So folks, you can pump yourself up to get on a workout regimen all you want. If you're not getting a consistent quality 8 hours of sleep, you won't last more than 3 weeks on that workout program. Unfortunately, that's reality. We're human.

Take a look at your life. Are you treating yourself well? Are you getting the sleep you need and the food your body needs? If not, why not? You might have to dig a little deeper to understand that 'why not' - and I'm not speaking from an almighty pillar. I'm speaking from having been there myself.

Wednesday, February 25, 2009

Afraid of Success

"Something is wrong Jim, I'm looking at your power numbers and I've gotta tell ya, these are pro numbers. I'm glad that you finished in the top 5 but look, you can win - you should be winning. I don't know what you're doing up there, but you're not closing the deal. I know you are capable because I'm seeing the numbers. You don't need to be faster, you need to learn how to win."

Ouch. Here I was all excited that I 'placed' in a big race and my coach, whom I never met but have worked with over the phone and online for about 6 months gave me the real deal.

In split-second pulses at the finish of a race, I was making decisions about how I thought of myself and what I was comfortable with. I was not comfortable winning.

Craig Griffin, my coach, insisted that I win. And he showed me that I was good enough and deserving. Over the next 2 years, every time the finish line got closer, I amped up my mental focus to places I've never been. I would say to myself, I'm here! I'm here! I friggin deserve this. And then, every move was intense, split-second-made and fierce.

I was taking it. I was fighting. Not physically. Mentally. Once I gave myself permission to feel I deserved to win, it felt like I was not just trying to win that race that day, but making up for every race, and every situation in life, that I did not win.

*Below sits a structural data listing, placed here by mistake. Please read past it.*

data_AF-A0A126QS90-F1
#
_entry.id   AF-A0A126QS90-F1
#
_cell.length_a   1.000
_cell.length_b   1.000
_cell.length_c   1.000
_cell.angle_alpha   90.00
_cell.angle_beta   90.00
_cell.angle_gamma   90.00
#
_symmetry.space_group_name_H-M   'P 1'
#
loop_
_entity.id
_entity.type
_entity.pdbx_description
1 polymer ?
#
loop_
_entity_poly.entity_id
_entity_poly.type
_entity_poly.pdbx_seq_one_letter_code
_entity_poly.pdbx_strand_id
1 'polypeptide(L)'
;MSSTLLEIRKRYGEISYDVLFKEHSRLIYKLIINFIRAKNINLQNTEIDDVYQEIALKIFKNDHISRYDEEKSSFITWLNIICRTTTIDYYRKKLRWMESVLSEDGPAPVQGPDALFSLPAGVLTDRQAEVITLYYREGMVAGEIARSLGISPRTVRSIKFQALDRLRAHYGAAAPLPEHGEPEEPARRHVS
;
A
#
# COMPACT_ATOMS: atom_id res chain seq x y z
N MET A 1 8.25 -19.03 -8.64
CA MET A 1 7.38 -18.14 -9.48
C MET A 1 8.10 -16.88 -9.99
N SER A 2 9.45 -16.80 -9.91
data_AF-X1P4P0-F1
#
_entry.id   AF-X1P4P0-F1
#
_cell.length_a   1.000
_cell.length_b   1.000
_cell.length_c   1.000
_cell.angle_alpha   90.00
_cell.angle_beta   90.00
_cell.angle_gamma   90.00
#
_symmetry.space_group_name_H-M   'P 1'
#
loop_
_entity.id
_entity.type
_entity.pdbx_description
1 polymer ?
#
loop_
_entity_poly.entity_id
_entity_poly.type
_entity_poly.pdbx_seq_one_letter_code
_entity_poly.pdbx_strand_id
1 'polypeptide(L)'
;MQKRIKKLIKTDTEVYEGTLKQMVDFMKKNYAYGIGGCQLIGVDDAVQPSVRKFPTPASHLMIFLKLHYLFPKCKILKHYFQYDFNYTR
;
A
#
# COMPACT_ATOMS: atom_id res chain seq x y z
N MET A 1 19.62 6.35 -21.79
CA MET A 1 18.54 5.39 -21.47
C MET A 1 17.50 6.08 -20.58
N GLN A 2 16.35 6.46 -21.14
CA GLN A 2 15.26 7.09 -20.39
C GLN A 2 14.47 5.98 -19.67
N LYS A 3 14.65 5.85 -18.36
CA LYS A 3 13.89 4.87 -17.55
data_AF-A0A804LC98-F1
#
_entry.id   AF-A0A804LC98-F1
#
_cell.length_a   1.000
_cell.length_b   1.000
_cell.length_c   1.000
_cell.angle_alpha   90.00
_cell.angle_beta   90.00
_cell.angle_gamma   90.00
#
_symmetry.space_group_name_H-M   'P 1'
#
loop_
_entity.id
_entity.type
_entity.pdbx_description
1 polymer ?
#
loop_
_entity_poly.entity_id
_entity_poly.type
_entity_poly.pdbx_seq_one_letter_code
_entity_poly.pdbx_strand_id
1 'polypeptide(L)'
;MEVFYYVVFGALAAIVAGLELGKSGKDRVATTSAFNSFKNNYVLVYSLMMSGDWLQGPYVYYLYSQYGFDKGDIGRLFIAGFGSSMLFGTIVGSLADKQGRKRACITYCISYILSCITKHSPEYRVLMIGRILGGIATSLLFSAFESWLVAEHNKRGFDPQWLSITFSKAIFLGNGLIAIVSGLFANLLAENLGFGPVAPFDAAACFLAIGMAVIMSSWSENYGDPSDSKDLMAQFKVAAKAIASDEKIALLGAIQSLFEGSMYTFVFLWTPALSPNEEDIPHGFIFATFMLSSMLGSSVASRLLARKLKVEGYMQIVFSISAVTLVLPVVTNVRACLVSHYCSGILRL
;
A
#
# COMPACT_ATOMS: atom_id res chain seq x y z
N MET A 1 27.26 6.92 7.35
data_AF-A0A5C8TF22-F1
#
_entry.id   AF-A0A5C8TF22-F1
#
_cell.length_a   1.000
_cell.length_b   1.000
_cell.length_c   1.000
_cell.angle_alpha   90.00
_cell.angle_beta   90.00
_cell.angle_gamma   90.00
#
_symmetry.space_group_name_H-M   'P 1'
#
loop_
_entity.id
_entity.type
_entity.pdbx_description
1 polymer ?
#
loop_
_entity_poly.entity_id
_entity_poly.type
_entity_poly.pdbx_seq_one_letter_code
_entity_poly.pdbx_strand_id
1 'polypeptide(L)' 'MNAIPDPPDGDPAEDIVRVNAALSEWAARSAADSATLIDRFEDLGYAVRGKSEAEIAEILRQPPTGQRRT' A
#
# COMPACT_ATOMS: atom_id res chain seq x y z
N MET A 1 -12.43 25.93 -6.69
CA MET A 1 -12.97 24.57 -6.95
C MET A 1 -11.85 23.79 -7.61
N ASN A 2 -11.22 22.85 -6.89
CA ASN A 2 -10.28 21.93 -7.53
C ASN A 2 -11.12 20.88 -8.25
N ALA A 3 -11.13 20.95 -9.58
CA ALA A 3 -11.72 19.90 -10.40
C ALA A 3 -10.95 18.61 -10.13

Those moments crystallized in my brain. As I think back to those races over the next 2 years, I remember shutting down extraneous factors and hyper-focusing on where my position was, what gear I was in, where my competitors were and what I needed to do to win. All of it was happening at high race speeds with dozens and sometimes hundreds of bikes cornering deeply into sharp turns before the final straight-away.

So what right? Speedy Jim - whoohoo. Autograph anyone?

But here's the thing: those experiences, and my coach's ability to share his insight with me - in a way that I could handle - changed my life. I was 31 years old at the time. I didn't go on to be a great cyclist. I went on to be a husband, daddy and successful entrepreneur.

I never grew up understanding how to win - it wasn't in the family archives, and that fact made it inherently uncomfortable to succeed. No road map. It was easier - familiar actually - to 'struggle' and be a survivor.

I don't want to survive anymore. I want to live, and live large.

Friday, October 17, 2008

Where I Can Find Me & You Can Find You